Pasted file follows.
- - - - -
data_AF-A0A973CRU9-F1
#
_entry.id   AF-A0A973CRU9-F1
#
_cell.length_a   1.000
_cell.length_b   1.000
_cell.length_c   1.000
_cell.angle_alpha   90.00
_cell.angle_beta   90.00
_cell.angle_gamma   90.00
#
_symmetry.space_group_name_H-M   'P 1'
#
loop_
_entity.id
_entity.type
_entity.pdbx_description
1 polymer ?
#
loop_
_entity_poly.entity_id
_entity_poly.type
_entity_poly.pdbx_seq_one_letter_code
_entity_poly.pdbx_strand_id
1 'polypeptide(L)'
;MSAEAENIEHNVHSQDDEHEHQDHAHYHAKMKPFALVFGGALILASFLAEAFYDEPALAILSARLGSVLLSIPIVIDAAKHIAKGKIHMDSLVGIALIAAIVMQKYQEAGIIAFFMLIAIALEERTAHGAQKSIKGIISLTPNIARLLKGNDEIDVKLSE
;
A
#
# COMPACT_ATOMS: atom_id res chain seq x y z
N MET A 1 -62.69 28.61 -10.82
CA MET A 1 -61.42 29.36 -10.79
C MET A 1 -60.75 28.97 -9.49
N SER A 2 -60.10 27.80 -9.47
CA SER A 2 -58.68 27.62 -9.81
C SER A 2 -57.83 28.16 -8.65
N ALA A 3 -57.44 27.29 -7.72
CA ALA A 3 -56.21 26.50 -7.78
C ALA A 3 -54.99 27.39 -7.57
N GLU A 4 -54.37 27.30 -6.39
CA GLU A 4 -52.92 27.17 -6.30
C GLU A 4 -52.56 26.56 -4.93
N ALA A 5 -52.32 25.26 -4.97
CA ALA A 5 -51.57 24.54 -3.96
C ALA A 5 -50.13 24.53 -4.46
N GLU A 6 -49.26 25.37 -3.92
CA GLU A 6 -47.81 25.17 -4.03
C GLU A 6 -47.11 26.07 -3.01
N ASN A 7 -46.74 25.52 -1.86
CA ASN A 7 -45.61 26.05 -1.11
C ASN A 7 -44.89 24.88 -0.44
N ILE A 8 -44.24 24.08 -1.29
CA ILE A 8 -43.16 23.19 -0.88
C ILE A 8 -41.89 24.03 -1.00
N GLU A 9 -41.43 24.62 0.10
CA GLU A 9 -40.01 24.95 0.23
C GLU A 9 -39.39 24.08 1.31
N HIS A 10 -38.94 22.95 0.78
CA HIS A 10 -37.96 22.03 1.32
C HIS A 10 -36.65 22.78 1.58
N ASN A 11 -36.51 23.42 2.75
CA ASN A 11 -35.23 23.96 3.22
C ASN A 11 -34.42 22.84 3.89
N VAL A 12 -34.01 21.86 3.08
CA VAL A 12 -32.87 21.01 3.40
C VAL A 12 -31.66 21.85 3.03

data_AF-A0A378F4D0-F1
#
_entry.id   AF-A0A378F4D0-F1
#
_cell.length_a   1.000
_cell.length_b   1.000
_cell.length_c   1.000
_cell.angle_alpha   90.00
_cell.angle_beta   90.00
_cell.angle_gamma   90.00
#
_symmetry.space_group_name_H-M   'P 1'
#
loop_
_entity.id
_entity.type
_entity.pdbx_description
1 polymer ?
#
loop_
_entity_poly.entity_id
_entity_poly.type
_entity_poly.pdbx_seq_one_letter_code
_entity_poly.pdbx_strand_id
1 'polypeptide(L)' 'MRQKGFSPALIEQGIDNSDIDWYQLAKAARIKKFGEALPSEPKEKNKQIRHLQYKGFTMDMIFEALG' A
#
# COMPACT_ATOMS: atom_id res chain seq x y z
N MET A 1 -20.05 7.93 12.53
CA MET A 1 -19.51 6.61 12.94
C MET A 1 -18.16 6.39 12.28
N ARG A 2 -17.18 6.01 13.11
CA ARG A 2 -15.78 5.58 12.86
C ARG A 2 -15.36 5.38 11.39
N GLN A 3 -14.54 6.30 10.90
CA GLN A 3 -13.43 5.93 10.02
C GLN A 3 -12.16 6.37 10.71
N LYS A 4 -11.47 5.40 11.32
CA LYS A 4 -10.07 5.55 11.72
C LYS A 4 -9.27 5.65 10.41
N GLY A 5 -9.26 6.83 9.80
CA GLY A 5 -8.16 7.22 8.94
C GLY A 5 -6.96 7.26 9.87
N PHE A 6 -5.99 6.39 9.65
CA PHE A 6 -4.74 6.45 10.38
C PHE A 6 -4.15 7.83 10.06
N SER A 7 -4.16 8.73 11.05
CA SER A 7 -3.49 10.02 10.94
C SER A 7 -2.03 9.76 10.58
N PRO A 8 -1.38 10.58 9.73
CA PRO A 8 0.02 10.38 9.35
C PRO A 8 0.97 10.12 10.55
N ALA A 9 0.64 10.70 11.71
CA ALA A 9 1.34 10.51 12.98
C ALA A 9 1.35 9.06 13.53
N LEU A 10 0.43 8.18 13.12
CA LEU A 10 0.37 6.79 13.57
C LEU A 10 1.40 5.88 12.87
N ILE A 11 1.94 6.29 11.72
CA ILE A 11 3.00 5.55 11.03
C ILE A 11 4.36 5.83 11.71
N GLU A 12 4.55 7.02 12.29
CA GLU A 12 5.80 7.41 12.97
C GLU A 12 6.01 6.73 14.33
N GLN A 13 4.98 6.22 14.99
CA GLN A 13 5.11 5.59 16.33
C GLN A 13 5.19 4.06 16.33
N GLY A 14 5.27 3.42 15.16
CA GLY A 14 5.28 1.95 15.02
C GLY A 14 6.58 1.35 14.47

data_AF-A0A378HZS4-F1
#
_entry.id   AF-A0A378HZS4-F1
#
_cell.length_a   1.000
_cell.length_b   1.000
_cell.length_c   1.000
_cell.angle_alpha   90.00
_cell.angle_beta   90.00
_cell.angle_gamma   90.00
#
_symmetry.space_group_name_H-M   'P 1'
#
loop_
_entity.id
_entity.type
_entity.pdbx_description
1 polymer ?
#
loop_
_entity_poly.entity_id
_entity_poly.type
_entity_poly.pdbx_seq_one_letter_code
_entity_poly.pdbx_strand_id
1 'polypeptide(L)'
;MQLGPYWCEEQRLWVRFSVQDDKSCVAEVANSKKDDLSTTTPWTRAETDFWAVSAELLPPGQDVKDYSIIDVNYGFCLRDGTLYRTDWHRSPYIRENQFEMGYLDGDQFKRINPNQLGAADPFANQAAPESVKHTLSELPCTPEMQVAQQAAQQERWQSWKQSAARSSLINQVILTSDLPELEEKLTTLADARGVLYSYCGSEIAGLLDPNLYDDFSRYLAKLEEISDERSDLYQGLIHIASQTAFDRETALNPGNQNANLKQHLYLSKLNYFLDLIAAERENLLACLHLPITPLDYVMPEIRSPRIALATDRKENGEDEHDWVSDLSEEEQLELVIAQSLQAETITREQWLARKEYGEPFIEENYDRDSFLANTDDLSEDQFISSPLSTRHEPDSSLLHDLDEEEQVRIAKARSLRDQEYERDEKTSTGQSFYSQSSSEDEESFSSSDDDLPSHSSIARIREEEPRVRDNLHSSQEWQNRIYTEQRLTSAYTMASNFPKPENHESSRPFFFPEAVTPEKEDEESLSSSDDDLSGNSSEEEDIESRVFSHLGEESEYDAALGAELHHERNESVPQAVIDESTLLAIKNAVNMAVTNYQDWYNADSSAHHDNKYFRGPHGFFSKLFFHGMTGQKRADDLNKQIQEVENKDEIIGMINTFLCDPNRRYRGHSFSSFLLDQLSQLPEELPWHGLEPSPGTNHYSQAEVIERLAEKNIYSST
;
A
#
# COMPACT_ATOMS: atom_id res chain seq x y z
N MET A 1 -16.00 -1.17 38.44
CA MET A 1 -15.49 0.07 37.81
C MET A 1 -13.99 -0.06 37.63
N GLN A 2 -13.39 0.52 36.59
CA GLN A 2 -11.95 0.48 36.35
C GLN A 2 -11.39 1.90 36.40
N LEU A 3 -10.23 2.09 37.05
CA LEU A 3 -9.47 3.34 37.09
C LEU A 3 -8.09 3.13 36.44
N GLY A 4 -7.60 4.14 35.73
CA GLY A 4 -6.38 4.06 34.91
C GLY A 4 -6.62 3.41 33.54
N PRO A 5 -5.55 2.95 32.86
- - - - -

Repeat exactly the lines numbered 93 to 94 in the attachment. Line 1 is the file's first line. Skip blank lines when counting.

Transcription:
# COMPACT_ATOMS: atom_id res chain seq x y z
N MET A 1 -20.05 7.93 12.53